State hospital sued over man’s death
by Kym Soper
January 29, 2004
MANCHESTER — As James Bell lay dying after being restrained at a state hospital nearly two years ago, more than a dozen doctors, nurses, and guards stood watch, contending they thought the obese psychiatric patient was faking his symptoms.
Today, Bell’s family was to file a wrongful death lawsuit in Bridgeport Superior Court against the state and those attending Bell at the Whiting Forensic Hospital for the criminally insane in Middletown, saying they caused or could have prevented his death on April 3, 2002.Bell, 39, had a criminal record dating back 17 years that included charges of misdemeanor assault and felony burglary.
The lawsuit seeks in excess of $15,000 in punitive damages, alleging Bell was denied proper treatment and medication to control paranoid schizophrenia and that staffers showed deliberate indifference to his safety and used excess force while restraining him.The state also provided inadequate training for Whiting personnel, according to the suit, which names 24 defendants, including the state Department of Mental Health and Addiction Services, which operates the hospital, Commissioner Thomas A. Kirk Jr., and Bell’s treating psychiatrist, Dr. Keith Scott.State officials for the mental health agency declined to comment on the lawsuit, saying it’s pending litigation.
In April, the state Office of Protection and Advocacy for Persons with Disabilities reported that roughly 25 workers responded to assist in restraining Bell after he became agitated and disruptive and attempted to strike a staff member. An autopsy by the state medical examiner’s office proved inconclusive in determining the cause of Bell’s death, but the investigation done by the state advocacy group for the disabled revealed Bell had suffered a heart attack while being restrained.The investigation further revealed that workers became so focused on gaining control of the 350-pound, 6-foot-4 man that no one was monitoring his medical condition.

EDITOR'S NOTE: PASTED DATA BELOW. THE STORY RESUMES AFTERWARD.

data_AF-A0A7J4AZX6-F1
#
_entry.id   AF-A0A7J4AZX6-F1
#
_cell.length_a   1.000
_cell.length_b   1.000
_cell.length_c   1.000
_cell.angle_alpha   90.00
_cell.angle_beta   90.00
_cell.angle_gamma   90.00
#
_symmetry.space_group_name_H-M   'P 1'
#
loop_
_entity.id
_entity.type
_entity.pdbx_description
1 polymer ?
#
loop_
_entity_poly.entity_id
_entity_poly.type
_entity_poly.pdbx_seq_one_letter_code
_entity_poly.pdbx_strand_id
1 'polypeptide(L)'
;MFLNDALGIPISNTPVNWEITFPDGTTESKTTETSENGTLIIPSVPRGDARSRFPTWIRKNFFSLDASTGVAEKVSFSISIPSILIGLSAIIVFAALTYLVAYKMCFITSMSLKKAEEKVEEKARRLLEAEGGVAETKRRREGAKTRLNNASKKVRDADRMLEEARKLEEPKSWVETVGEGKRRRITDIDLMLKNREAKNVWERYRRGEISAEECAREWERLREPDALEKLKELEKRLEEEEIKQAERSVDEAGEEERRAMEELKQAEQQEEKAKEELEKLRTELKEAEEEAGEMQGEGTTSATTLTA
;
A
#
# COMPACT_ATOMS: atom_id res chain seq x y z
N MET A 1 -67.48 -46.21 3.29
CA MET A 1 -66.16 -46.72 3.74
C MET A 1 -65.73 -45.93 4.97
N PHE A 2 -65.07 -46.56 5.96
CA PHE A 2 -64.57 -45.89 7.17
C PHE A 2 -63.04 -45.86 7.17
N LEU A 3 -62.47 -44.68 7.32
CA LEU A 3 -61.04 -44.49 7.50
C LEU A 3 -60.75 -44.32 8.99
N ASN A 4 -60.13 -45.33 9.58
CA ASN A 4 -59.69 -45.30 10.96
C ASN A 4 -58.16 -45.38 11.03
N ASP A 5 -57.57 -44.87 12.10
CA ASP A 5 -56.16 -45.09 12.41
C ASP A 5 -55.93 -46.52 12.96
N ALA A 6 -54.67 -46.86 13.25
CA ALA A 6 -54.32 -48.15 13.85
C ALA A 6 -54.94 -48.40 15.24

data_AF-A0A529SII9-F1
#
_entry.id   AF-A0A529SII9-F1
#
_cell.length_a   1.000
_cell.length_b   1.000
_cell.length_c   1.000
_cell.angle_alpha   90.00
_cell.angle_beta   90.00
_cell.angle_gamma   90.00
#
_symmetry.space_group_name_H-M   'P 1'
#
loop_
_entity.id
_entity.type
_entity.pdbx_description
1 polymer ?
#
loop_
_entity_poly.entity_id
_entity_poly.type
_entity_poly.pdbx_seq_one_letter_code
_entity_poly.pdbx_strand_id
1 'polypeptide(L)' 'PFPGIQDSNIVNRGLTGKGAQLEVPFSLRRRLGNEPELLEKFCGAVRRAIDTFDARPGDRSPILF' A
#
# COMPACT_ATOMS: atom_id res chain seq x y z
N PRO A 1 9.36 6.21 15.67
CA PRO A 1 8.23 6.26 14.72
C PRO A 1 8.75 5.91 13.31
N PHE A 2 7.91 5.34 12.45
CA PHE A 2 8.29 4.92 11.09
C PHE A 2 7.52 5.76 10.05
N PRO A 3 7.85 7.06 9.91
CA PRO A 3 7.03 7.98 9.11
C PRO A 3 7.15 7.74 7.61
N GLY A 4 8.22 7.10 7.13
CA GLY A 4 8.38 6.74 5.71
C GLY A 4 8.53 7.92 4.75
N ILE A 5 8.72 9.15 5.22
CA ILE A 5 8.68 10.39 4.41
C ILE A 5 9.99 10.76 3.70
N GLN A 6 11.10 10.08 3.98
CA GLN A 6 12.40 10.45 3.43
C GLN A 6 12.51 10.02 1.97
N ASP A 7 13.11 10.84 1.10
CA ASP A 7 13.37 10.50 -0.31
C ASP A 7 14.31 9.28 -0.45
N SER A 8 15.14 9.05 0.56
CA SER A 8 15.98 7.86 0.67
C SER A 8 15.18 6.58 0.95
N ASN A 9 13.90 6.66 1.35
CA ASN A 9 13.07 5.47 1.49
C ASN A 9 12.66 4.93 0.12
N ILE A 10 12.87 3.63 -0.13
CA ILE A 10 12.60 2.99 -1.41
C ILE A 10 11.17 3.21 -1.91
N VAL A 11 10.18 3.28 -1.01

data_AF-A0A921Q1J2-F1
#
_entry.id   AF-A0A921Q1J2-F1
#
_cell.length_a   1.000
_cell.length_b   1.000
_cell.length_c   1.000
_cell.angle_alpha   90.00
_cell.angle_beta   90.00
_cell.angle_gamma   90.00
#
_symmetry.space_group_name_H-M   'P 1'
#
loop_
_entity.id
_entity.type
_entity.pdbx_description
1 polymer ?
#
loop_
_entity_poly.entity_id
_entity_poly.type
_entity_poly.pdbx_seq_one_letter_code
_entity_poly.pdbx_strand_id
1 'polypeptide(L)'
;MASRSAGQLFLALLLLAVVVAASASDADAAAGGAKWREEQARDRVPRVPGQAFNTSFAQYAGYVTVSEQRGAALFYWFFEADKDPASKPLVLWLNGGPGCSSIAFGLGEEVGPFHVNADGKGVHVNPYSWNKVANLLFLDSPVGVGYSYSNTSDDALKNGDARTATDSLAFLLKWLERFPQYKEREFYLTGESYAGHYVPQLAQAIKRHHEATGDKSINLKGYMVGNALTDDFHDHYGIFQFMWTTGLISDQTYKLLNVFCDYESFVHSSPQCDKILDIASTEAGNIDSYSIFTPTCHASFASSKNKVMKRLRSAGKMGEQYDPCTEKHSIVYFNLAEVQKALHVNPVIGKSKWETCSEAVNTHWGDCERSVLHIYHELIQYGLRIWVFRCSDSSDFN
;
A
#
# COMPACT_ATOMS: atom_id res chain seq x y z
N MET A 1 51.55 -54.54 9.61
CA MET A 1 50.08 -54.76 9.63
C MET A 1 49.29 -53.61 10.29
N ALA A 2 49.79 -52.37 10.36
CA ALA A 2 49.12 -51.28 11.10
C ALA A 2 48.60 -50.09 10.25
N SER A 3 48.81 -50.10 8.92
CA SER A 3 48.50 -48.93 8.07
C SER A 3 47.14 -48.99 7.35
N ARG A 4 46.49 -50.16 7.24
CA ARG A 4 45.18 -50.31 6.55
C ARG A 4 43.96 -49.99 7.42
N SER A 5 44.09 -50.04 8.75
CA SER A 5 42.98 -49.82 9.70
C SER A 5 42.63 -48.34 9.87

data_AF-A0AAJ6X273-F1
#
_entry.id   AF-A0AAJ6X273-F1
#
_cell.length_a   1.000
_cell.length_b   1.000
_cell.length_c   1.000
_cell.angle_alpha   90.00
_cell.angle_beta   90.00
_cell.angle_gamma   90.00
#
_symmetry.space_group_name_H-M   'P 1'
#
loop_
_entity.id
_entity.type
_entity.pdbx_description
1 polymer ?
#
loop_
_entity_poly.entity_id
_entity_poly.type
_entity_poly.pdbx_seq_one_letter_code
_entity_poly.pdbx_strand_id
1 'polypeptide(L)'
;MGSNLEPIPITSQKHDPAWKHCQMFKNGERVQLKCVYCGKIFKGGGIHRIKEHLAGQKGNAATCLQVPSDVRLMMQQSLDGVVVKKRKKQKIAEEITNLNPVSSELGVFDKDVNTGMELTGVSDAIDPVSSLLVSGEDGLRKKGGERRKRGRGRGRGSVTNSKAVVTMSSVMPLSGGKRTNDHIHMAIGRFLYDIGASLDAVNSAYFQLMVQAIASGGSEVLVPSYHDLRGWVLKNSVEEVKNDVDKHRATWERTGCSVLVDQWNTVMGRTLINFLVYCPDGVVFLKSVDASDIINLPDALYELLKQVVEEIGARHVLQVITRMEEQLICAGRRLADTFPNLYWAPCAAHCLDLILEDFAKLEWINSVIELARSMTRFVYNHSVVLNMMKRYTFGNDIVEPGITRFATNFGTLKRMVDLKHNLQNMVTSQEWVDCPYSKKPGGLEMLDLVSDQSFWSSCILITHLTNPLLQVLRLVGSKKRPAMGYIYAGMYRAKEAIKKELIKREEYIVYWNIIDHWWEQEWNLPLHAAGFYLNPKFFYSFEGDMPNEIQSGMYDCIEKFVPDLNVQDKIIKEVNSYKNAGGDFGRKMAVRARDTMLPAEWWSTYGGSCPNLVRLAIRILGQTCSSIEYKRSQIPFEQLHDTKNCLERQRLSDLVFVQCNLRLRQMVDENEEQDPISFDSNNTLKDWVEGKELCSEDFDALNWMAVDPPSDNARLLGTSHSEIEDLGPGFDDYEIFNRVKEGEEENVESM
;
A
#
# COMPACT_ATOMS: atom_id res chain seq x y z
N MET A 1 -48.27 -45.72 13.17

According to the suit, staff members forced Bell down and shackled him on the floor and then watched as he lay motionless with his eyes closed, making “gurgling” noises.Whiting staffers, including his psychiatrist, later said they thought he was “playing possum” and pretending to be asleep.Family lawyer Antonio Ponvert III of Koskoff, Koskoff & Bieder of Bridgeport said Bell had been in the Whiting division of Connecticut Valley Hospital for nearly four years, so staff members were well aware of his medical condition and psychiatric needs.At one point after Bell had been subdued, a staff member checked his breathing and announced something was wrong, Ponvert said.
But “rather than immediately rendering emergency first aid, the Whiting staff dragged him, still on his back, to an isolation room,” he said. “They saw his pupils were dilated. They saw blood in his mouth. They saw he was unresponsive, not moving, and not breathing.”Still, rather than render care, and rather than trying to stimulate his breathing, they twice injected him with a powerful sedative, Thorazine, which produces a severe drop in a patient’s blood pressure — exactly the opposite of what should have been done,” Ponvert continued.
“There was no way he could have survived this grossly negligent mistreatment.”Bell, who had been diagnosed as a paranoid schizophrenic, had gained more than 100 pounds and become morbidly obese while a patient at Whiting, and that had not been addressed by hospital staff, Ponvert further charges.Staffers also were aware that Bell had a condition called obstructive sleep apnea, which was aggravated by his obesity and made it difficult for Bell to breathe while lying on his back, Ponvert said.